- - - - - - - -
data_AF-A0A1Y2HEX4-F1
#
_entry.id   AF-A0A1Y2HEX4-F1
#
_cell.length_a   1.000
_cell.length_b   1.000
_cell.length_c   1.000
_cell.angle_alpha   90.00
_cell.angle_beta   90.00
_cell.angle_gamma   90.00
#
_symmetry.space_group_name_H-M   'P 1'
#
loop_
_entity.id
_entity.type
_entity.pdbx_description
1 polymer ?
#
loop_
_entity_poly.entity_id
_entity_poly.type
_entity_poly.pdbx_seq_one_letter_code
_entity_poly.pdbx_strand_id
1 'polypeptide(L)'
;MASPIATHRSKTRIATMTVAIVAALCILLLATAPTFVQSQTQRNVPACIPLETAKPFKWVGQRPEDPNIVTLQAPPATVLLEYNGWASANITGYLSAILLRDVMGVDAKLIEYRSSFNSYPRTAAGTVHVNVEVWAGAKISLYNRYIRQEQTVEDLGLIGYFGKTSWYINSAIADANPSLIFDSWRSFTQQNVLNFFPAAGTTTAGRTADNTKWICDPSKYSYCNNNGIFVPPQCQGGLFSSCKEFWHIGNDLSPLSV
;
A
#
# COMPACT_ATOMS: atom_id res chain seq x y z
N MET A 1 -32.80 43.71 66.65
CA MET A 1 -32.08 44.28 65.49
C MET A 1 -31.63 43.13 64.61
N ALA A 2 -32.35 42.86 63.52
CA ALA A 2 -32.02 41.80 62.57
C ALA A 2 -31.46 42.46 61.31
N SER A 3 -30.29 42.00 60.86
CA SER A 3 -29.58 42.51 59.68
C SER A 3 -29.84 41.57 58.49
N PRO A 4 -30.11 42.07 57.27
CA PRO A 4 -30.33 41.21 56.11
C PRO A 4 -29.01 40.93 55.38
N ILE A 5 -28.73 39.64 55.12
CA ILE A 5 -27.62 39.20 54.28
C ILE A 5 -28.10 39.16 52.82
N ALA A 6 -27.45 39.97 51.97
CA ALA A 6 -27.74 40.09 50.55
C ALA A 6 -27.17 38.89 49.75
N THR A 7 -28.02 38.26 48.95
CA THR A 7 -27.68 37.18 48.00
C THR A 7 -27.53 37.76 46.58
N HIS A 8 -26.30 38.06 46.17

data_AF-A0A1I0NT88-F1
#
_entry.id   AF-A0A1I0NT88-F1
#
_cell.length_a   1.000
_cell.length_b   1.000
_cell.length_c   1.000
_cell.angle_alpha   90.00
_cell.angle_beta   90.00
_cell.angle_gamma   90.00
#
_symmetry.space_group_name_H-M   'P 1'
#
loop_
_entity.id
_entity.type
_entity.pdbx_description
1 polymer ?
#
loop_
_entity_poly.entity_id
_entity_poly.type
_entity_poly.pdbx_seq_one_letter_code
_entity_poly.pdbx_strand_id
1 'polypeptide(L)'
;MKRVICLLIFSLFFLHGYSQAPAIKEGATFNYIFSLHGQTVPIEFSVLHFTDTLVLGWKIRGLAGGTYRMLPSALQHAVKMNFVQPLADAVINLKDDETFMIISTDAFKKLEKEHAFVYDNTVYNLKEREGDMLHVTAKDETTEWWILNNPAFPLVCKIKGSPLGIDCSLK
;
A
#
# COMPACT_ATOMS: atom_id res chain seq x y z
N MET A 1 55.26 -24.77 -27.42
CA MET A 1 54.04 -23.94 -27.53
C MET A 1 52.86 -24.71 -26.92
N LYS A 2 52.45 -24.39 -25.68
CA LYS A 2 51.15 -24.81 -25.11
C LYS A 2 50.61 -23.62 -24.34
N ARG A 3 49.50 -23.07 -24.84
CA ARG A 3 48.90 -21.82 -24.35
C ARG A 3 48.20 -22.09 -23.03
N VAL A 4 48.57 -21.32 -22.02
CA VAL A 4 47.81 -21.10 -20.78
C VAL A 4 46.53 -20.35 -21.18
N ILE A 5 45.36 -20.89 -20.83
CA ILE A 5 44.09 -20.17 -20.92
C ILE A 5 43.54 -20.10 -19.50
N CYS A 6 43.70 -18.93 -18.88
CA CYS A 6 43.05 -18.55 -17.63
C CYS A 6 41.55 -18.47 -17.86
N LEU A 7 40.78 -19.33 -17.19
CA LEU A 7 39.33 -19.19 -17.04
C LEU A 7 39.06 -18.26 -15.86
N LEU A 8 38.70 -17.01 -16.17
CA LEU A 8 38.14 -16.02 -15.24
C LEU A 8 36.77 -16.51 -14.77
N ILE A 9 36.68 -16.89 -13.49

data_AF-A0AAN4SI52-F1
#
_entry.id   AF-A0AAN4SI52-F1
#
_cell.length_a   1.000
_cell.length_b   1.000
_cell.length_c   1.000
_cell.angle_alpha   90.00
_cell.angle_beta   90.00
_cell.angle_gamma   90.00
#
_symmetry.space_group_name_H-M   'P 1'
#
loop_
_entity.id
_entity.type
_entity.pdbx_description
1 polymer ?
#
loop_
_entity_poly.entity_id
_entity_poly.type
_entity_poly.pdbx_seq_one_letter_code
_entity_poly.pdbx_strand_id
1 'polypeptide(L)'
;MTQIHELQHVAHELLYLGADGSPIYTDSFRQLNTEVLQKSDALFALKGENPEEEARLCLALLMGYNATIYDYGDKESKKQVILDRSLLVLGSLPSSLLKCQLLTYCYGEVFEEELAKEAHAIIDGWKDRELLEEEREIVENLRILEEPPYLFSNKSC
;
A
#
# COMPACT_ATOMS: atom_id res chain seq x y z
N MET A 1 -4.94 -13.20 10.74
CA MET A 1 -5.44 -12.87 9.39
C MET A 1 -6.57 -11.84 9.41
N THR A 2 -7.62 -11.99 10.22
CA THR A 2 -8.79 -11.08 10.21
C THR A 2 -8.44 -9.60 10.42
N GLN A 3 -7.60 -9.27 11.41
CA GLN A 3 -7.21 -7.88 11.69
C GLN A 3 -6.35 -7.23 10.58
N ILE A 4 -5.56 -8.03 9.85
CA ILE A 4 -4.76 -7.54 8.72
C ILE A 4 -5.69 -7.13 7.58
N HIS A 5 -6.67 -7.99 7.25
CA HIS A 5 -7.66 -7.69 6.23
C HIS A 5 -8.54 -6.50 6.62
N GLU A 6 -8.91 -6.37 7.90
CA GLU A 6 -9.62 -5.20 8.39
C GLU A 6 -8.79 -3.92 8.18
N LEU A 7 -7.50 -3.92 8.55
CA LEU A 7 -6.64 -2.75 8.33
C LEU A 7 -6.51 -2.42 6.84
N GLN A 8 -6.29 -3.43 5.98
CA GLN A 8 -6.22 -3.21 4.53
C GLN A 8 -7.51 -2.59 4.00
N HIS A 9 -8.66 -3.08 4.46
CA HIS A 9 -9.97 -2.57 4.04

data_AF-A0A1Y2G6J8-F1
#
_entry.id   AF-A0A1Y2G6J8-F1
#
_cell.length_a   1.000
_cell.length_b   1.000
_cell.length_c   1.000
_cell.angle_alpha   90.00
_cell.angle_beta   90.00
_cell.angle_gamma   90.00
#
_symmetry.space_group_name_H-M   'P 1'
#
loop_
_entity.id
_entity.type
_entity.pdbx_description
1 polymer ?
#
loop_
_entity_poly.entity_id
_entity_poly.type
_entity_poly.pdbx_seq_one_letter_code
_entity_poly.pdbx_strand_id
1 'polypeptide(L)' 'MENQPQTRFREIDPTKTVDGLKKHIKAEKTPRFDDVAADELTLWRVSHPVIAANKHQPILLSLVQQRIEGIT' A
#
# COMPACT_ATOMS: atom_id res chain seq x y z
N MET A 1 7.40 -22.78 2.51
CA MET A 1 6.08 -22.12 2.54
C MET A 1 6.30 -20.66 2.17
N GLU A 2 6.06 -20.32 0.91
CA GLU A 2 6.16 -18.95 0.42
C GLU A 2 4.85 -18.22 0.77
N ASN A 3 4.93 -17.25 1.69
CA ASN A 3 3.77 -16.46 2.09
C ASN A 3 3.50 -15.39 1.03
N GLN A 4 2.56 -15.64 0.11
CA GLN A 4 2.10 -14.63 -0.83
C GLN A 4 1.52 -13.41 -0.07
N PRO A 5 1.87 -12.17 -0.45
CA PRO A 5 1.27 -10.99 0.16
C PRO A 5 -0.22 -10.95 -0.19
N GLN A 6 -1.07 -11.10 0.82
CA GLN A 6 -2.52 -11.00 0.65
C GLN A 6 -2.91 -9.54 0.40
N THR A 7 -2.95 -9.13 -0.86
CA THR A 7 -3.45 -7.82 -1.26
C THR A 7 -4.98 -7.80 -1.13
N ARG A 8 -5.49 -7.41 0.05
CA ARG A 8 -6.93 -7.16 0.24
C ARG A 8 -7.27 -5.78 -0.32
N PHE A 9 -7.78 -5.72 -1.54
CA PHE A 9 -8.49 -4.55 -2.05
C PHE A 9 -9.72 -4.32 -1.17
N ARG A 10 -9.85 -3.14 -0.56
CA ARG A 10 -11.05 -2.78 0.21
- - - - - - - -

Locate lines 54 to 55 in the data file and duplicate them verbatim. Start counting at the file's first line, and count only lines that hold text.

#
_entry.id   AF-A0A1I0NT88-F1